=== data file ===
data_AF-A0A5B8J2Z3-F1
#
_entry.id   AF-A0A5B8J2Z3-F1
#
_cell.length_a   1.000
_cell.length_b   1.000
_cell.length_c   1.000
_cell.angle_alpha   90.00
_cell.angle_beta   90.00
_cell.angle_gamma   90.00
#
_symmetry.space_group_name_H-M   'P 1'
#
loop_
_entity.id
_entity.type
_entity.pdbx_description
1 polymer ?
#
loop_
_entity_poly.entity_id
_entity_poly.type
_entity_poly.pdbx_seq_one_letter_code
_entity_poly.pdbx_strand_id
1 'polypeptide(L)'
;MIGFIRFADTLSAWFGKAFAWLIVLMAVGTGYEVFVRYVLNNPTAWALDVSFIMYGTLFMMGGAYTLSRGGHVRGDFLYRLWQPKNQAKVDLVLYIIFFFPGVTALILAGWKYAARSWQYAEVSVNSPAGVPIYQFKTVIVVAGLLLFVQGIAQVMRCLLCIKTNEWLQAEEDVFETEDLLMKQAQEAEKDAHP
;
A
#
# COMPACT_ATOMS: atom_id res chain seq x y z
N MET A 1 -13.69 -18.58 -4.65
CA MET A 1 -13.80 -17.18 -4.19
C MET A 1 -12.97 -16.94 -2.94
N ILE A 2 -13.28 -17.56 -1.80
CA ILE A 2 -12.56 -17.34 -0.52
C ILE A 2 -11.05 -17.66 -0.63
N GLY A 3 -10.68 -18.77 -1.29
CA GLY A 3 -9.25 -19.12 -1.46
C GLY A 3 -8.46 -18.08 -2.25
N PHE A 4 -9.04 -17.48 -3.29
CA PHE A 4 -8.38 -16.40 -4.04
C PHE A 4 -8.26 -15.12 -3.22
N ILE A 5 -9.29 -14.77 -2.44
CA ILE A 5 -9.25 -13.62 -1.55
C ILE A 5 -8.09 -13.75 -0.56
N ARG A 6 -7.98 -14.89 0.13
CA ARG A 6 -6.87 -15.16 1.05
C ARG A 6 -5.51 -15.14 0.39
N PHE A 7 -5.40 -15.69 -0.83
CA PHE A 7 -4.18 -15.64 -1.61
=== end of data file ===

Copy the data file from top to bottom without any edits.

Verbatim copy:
data_AF-A0A5B8J2Z3-F1
#
_entry.id   AF-A0A5B8J2Z3-F1
#
_cell.length_a   1.000
_cell.length_b   1.000
_cell.length_c   1.000
_cell.angle_alpha   90.00
_cell.angle_beta   90.00
_cell.angle_gamma   90.00
#
_symmetry.space_group_name_H-M   'P 1'
#
loop_
_entity.id
_entity.type
_entity.pdbx_description
1 polymer ?
#
loop_
_entity_poly.entity_id
_entity_poly.type
_entity_poly.pdbx_seq_one_letter_code
_entity_poly.pdbx_strand_id
1 'polypeptide(L)'
;MIGFIRFADTLSAWFGKAFAWLIVLMAVGTGYEVFVRYVLNNPTAWALDVSFIMYGTLFMMGGAYTLSRGGHVRGDFLYRLWQPKNQAKVDLVLYIIFFFPGVTALILAGWKYAARSWQYAEVSVNSPAGVPIYQFKTVIVVAGLLLFVQGIAQVMRCLLCIKTNEWLQAEEDVFETEDLLMKQAQEAEKDAHP
;
A
#
# COMPACT_ATOMS: atom_id res chain seq x y z
N MET A 1 -13.69 -18.58 -4.65
CA MET A 1 -13.80 -17.18 -4.19
C MET A 1 -12.97 -16.94 -2.94
N ILE A 2 -13.28 -17.56 -1.80
CA ILE A 2 -12.56 -17.34 -0.52
C ILE A 2 -11.05 -17.66 -0.63
N GLY A 3 -10.68 -18.77 -1.29
CA GLY A 3 -9.25 -19.12 -1.46
C GLY A 3 -8.46 -18.08 -2.25
N PHE A 4 -9.04 -17.48 -3.29
CA PHE A 4 -8.38 -16.40 -4.04
C PHE A 4 -8.26 -15.12 -3.22
N ILE A 5 -9.29 -14.77 -2.44
CA ILE A 5 -9.25 -13.62 -1.55
C ILE A 5 -8.09 -13.75 -0.56
N ARG A 6 -7.98 -14.89 0.13
CA ARG A 6 -6.87 -15.16 1.05
C ARG A 6 -5.51 -15.14 0.39
N PHE A 7 -5.40 -15.69 -0.83
CA PHE A 7 -4.18 -15.64 -1.61